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07-31-2017, 07:22 AM   #46
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K-3 II $850 K-1 $1900 645z $7000 and there is the size and weight question.

07-31-2017, 07:36 AM   #47
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Pentax has had a digital medium format camera since the 645D. The full-frame K1 represents the 1st FF digital camera introduced by Pentax and was probably the most highly anticipated of cameras on this forum. Many were lamenting the fact Pentax had no FF in their line-up and some had even jumped ship to another vendor after getting tired of waiting. Anyone desperately awaiting Pentax to introduce a digital medium format likely made that jump already w/ the 645D or Z. And my curiosity was related to the K1, which is more affordable and can reuse much of the glass folks amassed for use with their APS-C cameras (K and M42). It would represent the most likely upgrade path from APS-C

Last edited by ripper2860; 07-31-2017 at 08:30 AM.
07-31-2017, 07:36 AM   #48
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QuoteOriginally posted by D1N0 Quote
K-3 II $850 K-1 $1900 645z $7000 and there is the size and weight question.
And that's just the cost of the camera. Lenses are an expense and would be upgrading your computer if you don't have adequate processing power to deal with larger K-1 files, much less 645z files.
07-31-2017, 07:55 AM - 1 Like   #49
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QuoteOriginally posted by c.a.m Quote
I don't think this question is sufficient.

It should be considered along with another one:

Why hasn't everyone with a K-1 moved to the 645Z by now?

In other words, why 'stop' at the K-1?
Well, speaking for myself...

I like to print big - I've never gone larger than 30x40", but I like that size quite a bit. I also like the "look" of medium format - the 80mm Zeiss Planar for Hasselblad is one of those lenses that I just loved the rendition of, but all of the medium format gear I owned rendered things well whether we were talking about Hassy, Rollei, or even the cheap Bronica 150mm lenses that were never that sharp but really took advantage of the short DOF medium format offered with the way it handled the transitions between in-focus and out of focus areas.

So photography for me the last few years has been squeezing in the time to take photos on vacations (which we took a lot of), and that's it. I've been shooting with a Fuji XT1 kit because the lenses were amazing and the kit size was so small, but that meant my prints were never quite capable of the enlargement I wanted. I've got a 30" print from the XT on the wall that looks good, but it's about as big as it's going to get.

So now that I'm taking fewer vacations, and photography can be a more deliberate pursuit all on its own, it was time to re-evaluate medium format. And I discovered that I could purchase my old, beloved Hasselblad 500 bodies and lenses again and use a digital back with it, but those digital backs are out of production, with limited support, and high prices that show the value others place on them. But 10 year old autofocus hasselblad bodies that resolve under 40 megapixels were in my price range, so I started asking about those on another forum, and lots of the responses recommended the K1 or D810 as more practical alternatives.

So in my limited case, I want to be able to print to 40-45" along the longest edge of a print, and while I'd love to have the detail to allow for nose-to-print evaluations, I know I'm pretty comfortable with around 180DPI at a print level. So 36 megapixels work for me, and the K1 is just a gem of a camera. I would love the 645Z, but when you talk about the cost of a K1 versus a 645Z each with a basic lens kit (call it a wide prime, normal lens, portrait lens, macro, and maybe a zoom) you're talking about a huge difference in cost. One that I just can't afford or justify.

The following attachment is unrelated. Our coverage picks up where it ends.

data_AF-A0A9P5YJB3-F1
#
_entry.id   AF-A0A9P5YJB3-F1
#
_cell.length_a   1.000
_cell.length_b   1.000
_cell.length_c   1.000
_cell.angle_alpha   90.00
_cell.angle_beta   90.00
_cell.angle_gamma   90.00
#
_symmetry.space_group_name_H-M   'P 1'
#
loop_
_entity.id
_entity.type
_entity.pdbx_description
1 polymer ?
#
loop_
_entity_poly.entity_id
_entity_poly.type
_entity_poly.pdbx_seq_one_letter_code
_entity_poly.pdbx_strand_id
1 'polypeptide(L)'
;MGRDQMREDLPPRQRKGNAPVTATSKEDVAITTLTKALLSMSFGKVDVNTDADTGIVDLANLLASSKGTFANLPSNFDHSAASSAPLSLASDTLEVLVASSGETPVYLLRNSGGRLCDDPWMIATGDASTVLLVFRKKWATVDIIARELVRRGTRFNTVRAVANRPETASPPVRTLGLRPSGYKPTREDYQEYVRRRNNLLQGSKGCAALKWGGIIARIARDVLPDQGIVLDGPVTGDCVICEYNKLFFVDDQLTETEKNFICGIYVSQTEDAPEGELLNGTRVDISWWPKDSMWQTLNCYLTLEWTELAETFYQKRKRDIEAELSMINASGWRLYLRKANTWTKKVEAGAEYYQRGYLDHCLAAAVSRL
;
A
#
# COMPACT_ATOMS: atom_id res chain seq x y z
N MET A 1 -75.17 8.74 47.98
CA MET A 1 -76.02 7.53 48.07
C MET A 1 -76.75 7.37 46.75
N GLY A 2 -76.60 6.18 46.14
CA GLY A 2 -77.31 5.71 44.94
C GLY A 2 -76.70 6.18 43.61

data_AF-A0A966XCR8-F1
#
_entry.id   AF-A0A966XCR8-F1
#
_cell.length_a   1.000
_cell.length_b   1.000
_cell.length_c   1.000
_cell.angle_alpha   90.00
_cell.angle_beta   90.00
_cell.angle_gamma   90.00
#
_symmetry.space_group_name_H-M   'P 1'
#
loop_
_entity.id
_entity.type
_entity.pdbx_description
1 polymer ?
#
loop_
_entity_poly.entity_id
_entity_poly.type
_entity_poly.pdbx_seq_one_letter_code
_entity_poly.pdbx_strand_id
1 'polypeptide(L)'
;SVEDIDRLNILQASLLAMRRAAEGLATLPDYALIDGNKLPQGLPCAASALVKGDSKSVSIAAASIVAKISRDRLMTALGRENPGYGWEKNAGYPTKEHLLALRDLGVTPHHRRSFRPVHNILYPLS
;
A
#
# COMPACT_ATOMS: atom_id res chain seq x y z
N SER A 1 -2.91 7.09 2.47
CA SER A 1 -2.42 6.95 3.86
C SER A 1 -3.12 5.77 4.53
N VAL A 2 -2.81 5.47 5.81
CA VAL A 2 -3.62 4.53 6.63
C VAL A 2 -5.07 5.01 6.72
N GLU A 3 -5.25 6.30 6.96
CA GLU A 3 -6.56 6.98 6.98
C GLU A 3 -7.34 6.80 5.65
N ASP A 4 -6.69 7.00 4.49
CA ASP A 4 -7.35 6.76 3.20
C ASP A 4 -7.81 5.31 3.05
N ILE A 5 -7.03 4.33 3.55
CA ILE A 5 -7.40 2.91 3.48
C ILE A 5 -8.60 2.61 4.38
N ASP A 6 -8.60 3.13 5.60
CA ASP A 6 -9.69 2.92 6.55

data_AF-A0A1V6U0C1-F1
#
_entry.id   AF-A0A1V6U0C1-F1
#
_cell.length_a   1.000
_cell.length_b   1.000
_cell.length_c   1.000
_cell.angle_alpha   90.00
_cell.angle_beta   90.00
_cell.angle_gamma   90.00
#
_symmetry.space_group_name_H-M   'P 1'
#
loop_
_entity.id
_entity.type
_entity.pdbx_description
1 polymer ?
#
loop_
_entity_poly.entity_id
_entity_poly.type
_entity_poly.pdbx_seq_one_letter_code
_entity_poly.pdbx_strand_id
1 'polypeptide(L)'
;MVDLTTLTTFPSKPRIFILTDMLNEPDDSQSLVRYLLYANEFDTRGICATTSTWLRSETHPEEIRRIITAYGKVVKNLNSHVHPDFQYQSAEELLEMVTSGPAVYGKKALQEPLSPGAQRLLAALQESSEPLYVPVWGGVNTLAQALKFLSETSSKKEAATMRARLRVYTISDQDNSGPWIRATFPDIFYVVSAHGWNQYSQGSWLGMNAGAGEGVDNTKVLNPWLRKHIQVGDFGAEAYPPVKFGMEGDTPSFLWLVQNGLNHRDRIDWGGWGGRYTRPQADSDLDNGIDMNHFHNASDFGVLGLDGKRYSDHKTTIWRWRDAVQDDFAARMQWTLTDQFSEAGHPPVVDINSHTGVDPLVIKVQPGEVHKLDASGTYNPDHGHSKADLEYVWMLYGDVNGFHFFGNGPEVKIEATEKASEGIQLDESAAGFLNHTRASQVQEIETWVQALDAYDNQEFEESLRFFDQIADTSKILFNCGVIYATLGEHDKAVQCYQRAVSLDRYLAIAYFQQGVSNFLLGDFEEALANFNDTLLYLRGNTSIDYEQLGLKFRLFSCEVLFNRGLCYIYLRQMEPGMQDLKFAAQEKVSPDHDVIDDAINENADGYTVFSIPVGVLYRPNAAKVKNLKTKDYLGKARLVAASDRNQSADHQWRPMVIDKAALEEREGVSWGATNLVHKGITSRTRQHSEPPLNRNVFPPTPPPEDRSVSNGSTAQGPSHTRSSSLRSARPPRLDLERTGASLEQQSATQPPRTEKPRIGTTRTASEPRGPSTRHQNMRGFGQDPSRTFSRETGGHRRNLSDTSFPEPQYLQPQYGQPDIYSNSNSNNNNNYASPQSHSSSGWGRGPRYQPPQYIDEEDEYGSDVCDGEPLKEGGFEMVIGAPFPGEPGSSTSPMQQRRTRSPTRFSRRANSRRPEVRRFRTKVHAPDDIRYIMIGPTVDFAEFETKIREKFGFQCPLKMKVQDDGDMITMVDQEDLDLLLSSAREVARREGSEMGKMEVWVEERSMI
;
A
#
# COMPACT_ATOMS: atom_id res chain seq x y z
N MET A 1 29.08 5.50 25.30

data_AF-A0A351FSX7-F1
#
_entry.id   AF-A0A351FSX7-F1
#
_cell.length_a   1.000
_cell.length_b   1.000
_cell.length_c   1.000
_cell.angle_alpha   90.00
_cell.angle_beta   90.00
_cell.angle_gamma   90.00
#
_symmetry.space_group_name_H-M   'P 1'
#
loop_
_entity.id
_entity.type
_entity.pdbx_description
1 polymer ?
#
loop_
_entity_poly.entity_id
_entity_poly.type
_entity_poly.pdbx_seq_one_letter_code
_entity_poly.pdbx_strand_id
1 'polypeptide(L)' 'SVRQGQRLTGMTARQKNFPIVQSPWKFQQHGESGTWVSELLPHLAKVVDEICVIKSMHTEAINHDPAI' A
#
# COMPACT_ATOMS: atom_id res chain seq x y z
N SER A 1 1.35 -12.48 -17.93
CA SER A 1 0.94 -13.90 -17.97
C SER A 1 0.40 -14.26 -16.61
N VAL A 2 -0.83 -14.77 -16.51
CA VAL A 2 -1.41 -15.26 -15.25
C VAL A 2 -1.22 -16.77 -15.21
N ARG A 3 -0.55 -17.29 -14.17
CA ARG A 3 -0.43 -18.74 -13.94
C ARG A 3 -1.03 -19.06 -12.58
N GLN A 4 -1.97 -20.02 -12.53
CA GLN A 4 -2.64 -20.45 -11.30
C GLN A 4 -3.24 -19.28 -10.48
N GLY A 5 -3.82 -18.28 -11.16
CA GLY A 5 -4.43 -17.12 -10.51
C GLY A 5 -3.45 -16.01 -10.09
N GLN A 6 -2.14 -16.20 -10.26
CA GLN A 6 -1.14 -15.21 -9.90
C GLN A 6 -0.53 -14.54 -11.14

TLDR: the resolution of the K1 is good enough for photographers who print at even large sizes, and is affordable enough for most everyone. The 645Z looks like an amazing imaging machine, but the additional bang-for-the-buck isn't there for most people, unless we're talking about the 1% of working photographers or well-heeled individuals who don't find it hard to write a $30,000 check for something that brings them joy and pride of ownership.

07-31-2017, 08:03 AM   #50
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QuoteOriginally posted by hjoseph7 Quote
Could be they were trying to avoid a divorce...
Or maybe they just got a bill from the divorce attorney.
07-31-2017, 08:09 AM   #51
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QuoteOriginally posted by Derek Zeanah Quote
The 645Z looks like an amazing imaging machine, but the additional bang-for-the-buck isn't there for most people, unless we're talking about the 1% of working photographers or well-heeled individuals who don't find it hard to write a $30,000 check for something that brings them joy and pride of ownership.
The body alone is nowhere near that, of course, but once you've coughed up for a decent spread of lenses (and some flashes etc.) for paid work, it'll start to add up, I suppose. The pros, at least, have the advantage of being able to sink their costs into the business and ultimately recoup it from the clients; the enthusiast, unless very well off, is not so well-positioned.
07-31-2017, 08:39 AM   #52
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QuoteOriginally posted by pathdoc Quote
In pure resolution terms, yes. In practice, the integrated software packages for the film-capable scanners appear to simplify the workload enormously, to the point where I am still sorely tempted to buy one. Some of them will even detect and crop the individual frames of a multi-shot strip for you and present them as separate images, ready to deal with and save as such. And as they will also often handle 120-size negatives, the upgrade path to the small end of medium format is there if you want it. They will also convert colour negatives with ease, which is something I haven't worked out a post-processing workflow for yet.
Yep...the practical considerations tend to win the day. One can proof scan a full roll of 35mm on my Epson V700 in the time it takes to set up a 5 frames using a dSLR. (Most of the time is in loading the negative holder.) What's more, the scanner is already set up to deal with a host of distractions. Where the dSLR comes into its own is for high quality reproduction. I don't use my V700 for critical 35mm work because it is not up to the challenge. That is what the Nikon 5000 ED is for.*


Steve

* Yes, I have both. The V700 purchase dates back to when I was needing a medium/large format solution and I had the cash. The Nikon I had purchased a few years earlier.